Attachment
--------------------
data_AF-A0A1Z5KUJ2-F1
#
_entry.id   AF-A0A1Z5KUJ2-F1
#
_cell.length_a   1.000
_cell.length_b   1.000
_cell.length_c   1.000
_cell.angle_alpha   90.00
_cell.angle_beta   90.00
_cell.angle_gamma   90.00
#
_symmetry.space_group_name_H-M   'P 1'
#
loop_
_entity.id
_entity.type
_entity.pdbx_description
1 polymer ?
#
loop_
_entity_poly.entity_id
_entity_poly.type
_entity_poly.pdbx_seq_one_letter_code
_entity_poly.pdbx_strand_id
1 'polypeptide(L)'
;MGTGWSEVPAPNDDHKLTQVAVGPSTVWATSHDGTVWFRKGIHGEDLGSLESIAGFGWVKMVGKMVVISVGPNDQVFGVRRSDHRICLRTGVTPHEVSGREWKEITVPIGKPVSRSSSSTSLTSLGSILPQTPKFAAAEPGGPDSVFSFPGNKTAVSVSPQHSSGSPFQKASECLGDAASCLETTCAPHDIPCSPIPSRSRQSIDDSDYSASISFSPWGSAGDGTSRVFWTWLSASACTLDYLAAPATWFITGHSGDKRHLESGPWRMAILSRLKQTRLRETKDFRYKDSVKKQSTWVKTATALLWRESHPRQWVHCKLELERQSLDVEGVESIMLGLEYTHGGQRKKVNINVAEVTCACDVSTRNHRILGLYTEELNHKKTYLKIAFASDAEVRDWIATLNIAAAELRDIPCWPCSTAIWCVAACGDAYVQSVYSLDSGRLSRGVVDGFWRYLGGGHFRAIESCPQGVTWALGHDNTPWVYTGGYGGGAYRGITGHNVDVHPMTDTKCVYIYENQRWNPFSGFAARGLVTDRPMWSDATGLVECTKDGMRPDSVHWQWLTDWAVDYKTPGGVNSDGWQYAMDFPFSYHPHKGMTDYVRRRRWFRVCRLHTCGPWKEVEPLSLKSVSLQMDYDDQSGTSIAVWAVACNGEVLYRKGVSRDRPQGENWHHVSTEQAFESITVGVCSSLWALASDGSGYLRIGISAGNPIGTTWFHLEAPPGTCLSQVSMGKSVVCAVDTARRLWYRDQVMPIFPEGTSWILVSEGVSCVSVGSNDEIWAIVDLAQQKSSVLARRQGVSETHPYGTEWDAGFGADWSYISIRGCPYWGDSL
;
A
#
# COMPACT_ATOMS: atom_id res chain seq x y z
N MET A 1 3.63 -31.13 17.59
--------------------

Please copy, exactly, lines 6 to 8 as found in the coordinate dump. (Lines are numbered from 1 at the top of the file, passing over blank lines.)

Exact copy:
_cell.length_b   1.000
_cell.length_c   1.000
_cell.angle_alpha   90.00